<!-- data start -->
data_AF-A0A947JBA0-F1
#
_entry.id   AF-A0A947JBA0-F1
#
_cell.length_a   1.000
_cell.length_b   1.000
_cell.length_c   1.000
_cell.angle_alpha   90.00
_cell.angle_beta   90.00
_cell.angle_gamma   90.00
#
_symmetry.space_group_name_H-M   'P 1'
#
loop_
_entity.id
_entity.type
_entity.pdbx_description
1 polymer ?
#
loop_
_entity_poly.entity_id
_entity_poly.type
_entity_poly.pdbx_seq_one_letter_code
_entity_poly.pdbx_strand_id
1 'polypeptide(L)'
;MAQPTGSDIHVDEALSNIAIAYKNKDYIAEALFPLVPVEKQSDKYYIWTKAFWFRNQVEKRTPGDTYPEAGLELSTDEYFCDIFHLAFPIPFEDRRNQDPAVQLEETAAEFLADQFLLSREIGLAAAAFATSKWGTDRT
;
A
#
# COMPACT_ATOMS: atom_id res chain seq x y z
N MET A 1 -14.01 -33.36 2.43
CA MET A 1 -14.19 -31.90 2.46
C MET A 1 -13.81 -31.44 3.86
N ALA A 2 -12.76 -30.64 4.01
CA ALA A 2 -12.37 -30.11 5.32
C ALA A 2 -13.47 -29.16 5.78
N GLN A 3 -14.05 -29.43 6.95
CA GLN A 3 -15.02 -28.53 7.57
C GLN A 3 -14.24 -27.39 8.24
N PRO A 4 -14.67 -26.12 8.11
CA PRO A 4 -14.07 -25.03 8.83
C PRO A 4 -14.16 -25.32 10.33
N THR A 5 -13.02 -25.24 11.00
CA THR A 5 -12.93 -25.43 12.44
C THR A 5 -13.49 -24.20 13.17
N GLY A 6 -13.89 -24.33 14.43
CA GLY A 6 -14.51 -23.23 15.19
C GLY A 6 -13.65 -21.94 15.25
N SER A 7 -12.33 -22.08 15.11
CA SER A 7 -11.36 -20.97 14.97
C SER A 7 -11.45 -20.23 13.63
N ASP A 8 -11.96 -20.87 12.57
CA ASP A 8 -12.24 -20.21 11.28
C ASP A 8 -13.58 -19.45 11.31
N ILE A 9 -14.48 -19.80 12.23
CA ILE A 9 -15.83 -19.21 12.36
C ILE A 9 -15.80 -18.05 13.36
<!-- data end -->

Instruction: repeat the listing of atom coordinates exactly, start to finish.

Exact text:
data_AF-A0A947JBA0-F1
#
_entry.id   AF-A0A947JBA0-F1
#
_cell.length_a   1.000
_cell.length_b   1.000
_cell.length_c   1.000
_cell.angle_alpha   90.00
_cell.angle_beta   90.00
_cell.angle_gamma   90.00
#
_symmetry.space_group_name_H-M   'P 1'
#
loop_
_entity.id
_entity.type
_entity.pdbx_description
1 polymer ?
#
loop_
_entity_poly.entity_id
_entity_poly.type
_entity_poly.pdbx_seq_one_letter_code
_entity_poly.pdbx_strand_id
1 'polypeptide(L)'
;MAQPTGSDIHVDEALSNIAIAYKNKDYIAEALFPLVPVEKQSDKYYIWTKAFWFRNQVEKRTPGDTYPEAGLELSTDEYFCDIFHLAFPIPFEDRRNQDPAVQLEETAAEFLADQFLLSREIGLAAAAFATSKWGTDRT
;
A
#
# COMPACT_ATOMS: atom_id res chain seq x y z
N MET A 1 -14.01 -33.36 2.43
CA MET A 1 -14.19 -31.90 2.46
C MET A 1 -13.81 -31.44 3.86
N ALA A 2 -12.76 -30.64 4.01
CA ALA A 2 -12.37 -30.11 5.32
C ALA A 2 -13.47 -29.16 5.78
N GLN A 3 -14.05 -29.43 6.95
CA GLN A 3 -15.02 -28.53 7.57
C GLN A 3 -14.24 -27.39 8.24
N PRO A 4 -14.67 -26.12 8.11
CA PRO A 4 -14.07 -25.03 8.83
C PRO A 4 -14.16 -25.32 10.33
N THR A 5 -13.02 -25.24 11.00
CA THR A 5 -12.93 -25.43 12.44
C THR A 5 -13.49 -24.20 13.17
N GLY A 6 -13.89 -24.33 14.43
CA GLY A 6 -14.51 -23.23 15.19
C GLY A 6 -13.65 -21.94 15.25
N SER A 7 -12.33 -22.08 15.11
CA SER A 7 -11.36 -20.97 14.97
C SER A 7 -11.45 -20.23 13.63
N ASP A 8 -11.96 -20.87 12.57
CA ASP A 8 -12.24 -20.21 11.28
C ASP A 8 -13.58 -19.45 11.31
N ILE A 9 -14.48 -19.80 12.23
CA ILE A 9 -15.83 -19.21 12.36
C ILE A 9 -15.80 -18.05 13.36